Figure 2-10, OCT tomograms of a neurosensory retinal detachment (A), and a serous detachment of the retinal pigment epithelium (B). Both detachments exhibit an elevation of the retina over an optically clear space corresponding to serous fluid accumulation. In the pigment epithelial detachment, however, the red band defining the posterior sensory retina! boundary is also elevated and the detached RPE severely shadows the reflections from the choroid below.
fected by abnormalities in the cornea, aqueous, lens, vitreous, and anterior retinal layers.
Causes of increased or hyper-reflectivity include inflammatory infiltrate into any layer of the retina or choroid, fibrosis, such as in a disciform or other scar, hard exudate, and hemorrhage. Hard exudate is highly reflective, but completely blocks the reflections from the deeper retinal layers (Figure 2-9). Blood also has a high scattering coefficient, which has two effects. I he amount of backscattering from blood is great, leading to a bright reflection from hemorrhage; however, the scattering is also significant, leading to a rapid attenuation of the incident light as it propagates through the blood. Thus, blood vessels are most readily identified by their shadowing effect on the reflection from the RPE and choriocapillaris. The attenuation of the incident light depends on the thickness of the scattering medium. Thin hemorrhages appear as thin, highly reflective bands that have little effect on the underlying tissue. Thick hemorrhages, however, completely attenuate the probe light after more than approximately 200
Figure 2-11, OCT tomograms of a hemorrhagic (A) and a fibrovascular (B) detachment of the retinal pigment epithelium (RPE), The hemorrhagic detachment displays high reflectivity just beneath the RPE corresponding to the hemorrhage. The incident light is attenuated by the superficial blood, completely shadowing the reflections from the deeper hemorrhage and choroid. In contrast, the fibrovascular detachment shows moderate backscattering throughout the sub-RPE space. Minimal reflection from the choroid is also visible.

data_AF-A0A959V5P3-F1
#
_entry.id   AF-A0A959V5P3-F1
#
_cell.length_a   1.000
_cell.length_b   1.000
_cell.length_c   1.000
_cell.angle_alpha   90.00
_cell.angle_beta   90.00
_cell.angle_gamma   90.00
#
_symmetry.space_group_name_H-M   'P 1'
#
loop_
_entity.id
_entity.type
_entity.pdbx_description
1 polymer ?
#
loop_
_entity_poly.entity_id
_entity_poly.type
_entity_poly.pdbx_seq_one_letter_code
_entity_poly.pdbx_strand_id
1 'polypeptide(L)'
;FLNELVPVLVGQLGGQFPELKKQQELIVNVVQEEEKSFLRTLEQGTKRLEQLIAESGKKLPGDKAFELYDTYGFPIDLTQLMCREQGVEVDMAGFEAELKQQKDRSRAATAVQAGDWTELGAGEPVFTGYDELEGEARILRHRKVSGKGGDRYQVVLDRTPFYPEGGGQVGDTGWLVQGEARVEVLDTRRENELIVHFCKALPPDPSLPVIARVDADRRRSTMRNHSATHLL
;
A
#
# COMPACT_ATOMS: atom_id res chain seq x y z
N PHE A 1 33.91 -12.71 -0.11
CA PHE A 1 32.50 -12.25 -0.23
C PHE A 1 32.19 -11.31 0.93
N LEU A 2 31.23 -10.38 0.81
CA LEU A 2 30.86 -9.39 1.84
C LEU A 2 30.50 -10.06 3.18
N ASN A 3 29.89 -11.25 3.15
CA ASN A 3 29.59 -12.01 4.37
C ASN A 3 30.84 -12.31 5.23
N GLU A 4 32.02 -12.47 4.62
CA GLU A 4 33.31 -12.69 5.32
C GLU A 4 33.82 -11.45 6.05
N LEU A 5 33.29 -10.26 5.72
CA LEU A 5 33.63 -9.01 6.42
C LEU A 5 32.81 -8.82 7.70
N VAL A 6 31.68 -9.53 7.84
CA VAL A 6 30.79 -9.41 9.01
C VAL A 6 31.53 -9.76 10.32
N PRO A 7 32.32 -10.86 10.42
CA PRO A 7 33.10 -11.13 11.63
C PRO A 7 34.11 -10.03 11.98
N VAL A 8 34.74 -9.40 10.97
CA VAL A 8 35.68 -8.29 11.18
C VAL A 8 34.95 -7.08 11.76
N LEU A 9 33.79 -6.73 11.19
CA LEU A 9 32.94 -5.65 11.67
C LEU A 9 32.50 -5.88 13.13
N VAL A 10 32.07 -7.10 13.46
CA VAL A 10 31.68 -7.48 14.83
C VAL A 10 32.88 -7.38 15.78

Decreased, or hypo-reflectivity may be caused by retinal edema, in which fluid accumulation leads to a decreased density of microscopic scatterers and a corresponding reduction in the scattering coefficient (Figure 2-9). Alterations in cellular structure such as hypopigmentation of the RPE may also result in reduced reflectivity.
These morphological causes of reduced backscat-tering must be distinguished from alterations in the incident light caused by dense cataracts, cloudy media, astigmatism, poorly centered intraocular lens implants, or poor alignment of the OCT instrument while imaging. Abnormalities in the intervening structures typically cause a diffuse hypo-reflectivity throughout the OCT image, in all retinal layers. Focal decreases in reflectivity may be caused by shadowing from hyper-reflective tissues, such as hemorrhage, hard exudate, or a detached RPE, Local reductions in back-scattering may also occasionally occur through silhouetting of the scanning probe beam by a narrow pupil In this case, the reflectivity from all retinal layers is proportionately reduced, and the region of reduced reflectivity dynamically changes with alterations in the alignment of the delivery system.
The distinction between blood, serous fluid, and exudate is also made on the basis of reflectivity. The scattering coefficient, which along with anisotropy determines reflectivity, is essentially proportional to the concentration of particles in the fluid. Serous fluid, containing few cells, is optically transparent, so its accumulation is immediately recognized on OC as a region devoid of backscattering, Blood, in contrast, has a large number of cells and a very hig:i scattering coefficient, leading to both enhanced reflectivity and increased attenuation of the incident light, Cloudy exudate typically has an intermediate appearance between blood and serous fluid on OCT images.